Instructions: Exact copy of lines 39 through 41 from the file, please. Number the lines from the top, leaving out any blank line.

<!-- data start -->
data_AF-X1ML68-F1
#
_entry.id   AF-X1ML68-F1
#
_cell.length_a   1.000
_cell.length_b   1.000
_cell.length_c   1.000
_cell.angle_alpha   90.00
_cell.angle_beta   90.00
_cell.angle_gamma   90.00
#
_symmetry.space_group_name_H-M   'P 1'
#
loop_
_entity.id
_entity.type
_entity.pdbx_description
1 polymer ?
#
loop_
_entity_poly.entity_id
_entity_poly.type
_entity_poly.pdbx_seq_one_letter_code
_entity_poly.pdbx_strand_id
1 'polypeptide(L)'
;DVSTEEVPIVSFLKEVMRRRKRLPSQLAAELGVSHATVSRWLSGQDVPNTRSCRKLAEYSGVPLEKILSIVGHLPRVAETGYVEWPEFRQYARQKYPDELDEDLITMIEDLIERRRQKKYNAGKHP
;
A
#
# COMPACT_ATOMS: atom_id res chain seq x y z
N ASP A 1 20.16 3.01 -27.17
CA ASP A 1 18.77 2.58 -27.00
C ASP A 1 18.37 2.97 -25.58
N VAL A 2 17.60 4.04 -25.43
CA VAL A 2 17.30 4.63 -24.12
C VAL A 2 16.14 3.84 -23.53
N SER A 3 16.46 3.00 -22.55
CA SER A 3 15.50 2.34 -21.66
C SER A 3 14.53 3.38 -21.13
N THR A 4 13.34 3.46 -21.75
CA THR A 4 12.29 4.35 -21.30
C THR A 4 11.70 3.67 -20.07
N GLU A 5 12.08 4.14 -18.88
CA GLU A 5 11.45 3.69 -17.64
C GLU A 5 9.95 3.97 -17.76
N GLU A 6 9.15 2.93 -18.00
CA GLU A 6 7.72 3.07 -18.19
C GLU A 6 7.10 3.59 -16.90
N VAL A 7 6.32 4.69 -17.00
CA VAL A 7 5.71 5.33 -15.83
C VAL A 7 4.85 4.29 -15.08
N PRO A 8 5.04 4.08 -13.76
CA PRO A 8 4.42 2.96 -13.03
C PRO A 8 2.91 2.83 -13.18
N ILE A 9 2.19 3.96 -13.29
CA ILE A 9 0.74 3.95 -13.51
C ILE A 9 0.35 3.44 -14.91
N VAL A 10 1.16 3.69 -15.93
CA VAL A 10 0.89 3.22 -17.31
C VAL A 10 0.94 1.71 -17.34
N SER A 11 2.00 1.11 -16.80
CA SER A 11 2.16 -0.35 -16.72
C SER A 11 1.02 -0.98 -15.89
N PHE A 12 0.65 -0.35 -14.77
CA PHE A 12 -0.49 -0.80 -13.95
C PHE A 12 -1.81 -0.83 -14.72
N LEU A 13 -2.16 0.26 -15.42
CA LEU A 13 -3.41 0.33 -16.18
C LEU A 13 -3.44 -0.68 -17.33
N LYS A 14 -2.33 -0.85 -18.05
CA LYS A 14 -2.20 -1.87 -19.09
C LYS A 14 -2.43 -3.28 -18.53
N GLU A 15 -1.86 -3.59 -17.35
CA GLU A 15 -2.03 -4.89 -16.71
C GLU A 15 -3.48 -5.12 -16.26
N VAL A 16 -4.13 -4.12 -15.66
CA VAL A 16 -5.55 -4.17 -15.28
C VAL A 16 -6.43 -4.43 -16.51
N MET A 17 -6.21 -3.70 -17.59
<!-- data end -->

C SER A 3 14.53 3.38 -21.13
N THR A 4 13.34 3.46 -21.75
CA THR A 4 12.29 4.35 -21.30